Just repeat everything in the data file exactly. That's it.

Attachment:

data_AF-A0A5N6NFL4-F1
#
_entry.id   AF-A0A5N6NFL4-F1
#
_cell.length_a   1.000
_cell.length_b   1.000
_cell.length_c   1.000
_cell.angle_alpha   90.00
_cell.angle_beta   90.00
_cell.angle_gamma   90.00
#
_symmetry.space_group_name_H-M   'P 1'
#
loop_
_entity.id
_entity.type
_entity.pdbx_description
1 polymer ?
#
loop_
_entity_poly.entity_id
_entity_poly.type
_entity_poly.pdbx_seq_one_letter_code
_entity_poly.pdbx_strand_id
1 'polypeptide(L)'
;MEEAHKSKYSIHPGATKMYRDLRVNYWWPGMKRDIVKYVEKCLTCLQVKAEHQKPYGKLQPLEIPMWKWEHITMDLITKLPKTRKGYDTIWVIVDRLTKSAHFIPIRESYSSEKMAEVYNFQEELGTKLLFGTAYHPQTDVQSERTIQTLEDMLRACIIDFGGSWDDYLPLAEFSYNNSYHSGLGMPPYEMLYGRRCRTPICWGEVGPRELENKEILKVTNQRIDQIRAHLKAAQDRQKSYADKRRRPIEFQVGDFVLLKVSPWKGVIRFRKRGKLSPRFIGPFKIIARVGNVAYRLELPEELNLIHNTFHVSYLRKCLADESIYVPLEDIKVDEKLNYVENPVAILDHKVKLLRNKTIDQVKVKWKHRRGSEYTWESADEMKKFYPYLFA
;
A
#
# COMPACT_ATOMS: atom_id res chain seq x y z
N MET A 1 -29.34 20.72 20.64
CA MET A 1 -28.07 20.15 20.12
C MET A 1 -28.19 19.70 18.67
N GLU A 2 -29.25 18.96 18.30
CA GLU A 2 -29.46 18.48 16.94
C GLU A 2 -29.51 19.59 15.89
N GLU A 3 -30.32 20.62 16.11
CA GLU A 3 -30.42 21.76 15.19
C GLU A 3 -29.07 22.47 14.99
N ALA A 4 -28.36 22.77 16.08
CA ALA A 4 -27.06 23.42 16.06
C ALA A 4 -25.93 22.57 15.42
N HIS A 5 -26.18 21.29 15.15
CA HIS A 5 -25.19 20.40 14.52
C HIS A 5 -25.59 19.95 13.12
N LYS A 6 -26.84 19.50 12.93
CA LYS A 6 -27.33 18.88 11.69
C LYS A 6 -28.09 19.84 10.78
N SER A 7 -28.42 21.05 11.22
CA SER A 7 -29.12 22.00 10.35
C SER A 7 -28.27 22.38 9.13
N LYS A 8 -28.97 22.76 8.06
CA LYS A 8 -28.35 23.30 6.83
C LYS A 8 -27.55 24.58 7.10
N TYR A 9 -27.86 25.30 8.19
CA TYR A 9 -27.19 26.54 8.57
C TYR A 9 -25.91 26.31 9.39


data_AF-A0A5N6NFL4-F1
#
_entry.id   AF-A0A5N6NFL4-F1
#
_cell.length_a   1.000
_cell.length_b   1.000
_cell.length_c   1.000
_cell.angle_alpha   90.00
_cell.angle_beta   90.00
_cell.angle_gamma   90.00
#
_symmetry.space_group_name_H-M   'P 1'
#
loop_
_entity.id
_entity.type
_entity.pdbx_description
1 polymer ?
#
loop_
_entity_poly.entity_id
_entity_poly.type
_entity_poly.pdbx_seq_one_letter_code
_entity_poly.pdbx_strand_id
1 'polypeptide(L)'
;MEEAHKSKYSIHPGATKMYRDLRVNYWWPGMKRDIVKYVEKCLTCLQVKAEHQKPYGKLQPLEIPMWKWEHITMDLITKLPKTRKGYDTIWVIVDRLTKSAHFIPIRESYSSEKMAEVYNFQEELGTKLLFGTAYHPQTDVQSERTIQTLEDMLRACIIDFGGSWDDYLPLAEFSYNNSYHSGLGMPPYEMLYGRRCRTPICWGEVGPRELENKEILKVTNQRIDQIRAHLKAAQDRQKSYADKRRRPIEFQVGDFVLLKVSPWKGVIRFRKRGKLSPRFIGPFKIIARVGNVAYRLELPEELNLIHNTFHVSYLRKCLADESIYVPLEDIKVDEKLNYVENPVAILDHKVKLLRNKTIDQVKVKWKHRRGSEYTWESADEMKKFYPYLFA
;
A
#
# COMPACT_ATOMS: atom_id res chain seq x y z
N MET A 1 -29.34 20.72 20.64
CA MET A 1 -28.07 20.15 20.12
C MET A 1 -28.19 19.70 18.67
N GLU A 2 -29.25 18.96 18.30
CA GLU A 2 -29.46 18.48 16.94
C GLU A 2 -29.51 19.59 15.89
N GLU A 3 -30.32 20.62 16.11
CA GLU A 3 -30.42 21.76 15.19
C GLU A 3 -29.07 22.47 14.99
N ALA A 4 -28.36 22.77 16.08
CA ALA A 4 -27.06 23.42 16.06
C ALA A 4 -25.93 22.57 15.42
N HIS A 5 -26.18 21.29 15.15
CA HIS A 5 -25.19 20.40 14.52
C HIS A 5 -25.59 19.95 13.12
N LYS A 6 -26.84 19.50 12.93
CA LYS A 6 -27.33 18.88 11.69
C LYS A 6 -28.09 19.84 10.78
N SER A 7 -28.42 21.05 11.22
CA SER A 7 -29.12 22.00 10.35
C SER A 7 -28.27 22.38 9.13
N LYS A 8 -28.97 22.76 8.06
CA LYS A 8 -28.35 23.30 6.83
C LYS A 8 -27.55 24.58 7.10
N TYR A 9 -27.86 25.30 8.19
CA TYR A 9 -27.19 26.54 8.57
C TYR A 9 -25.91 26.31 9.39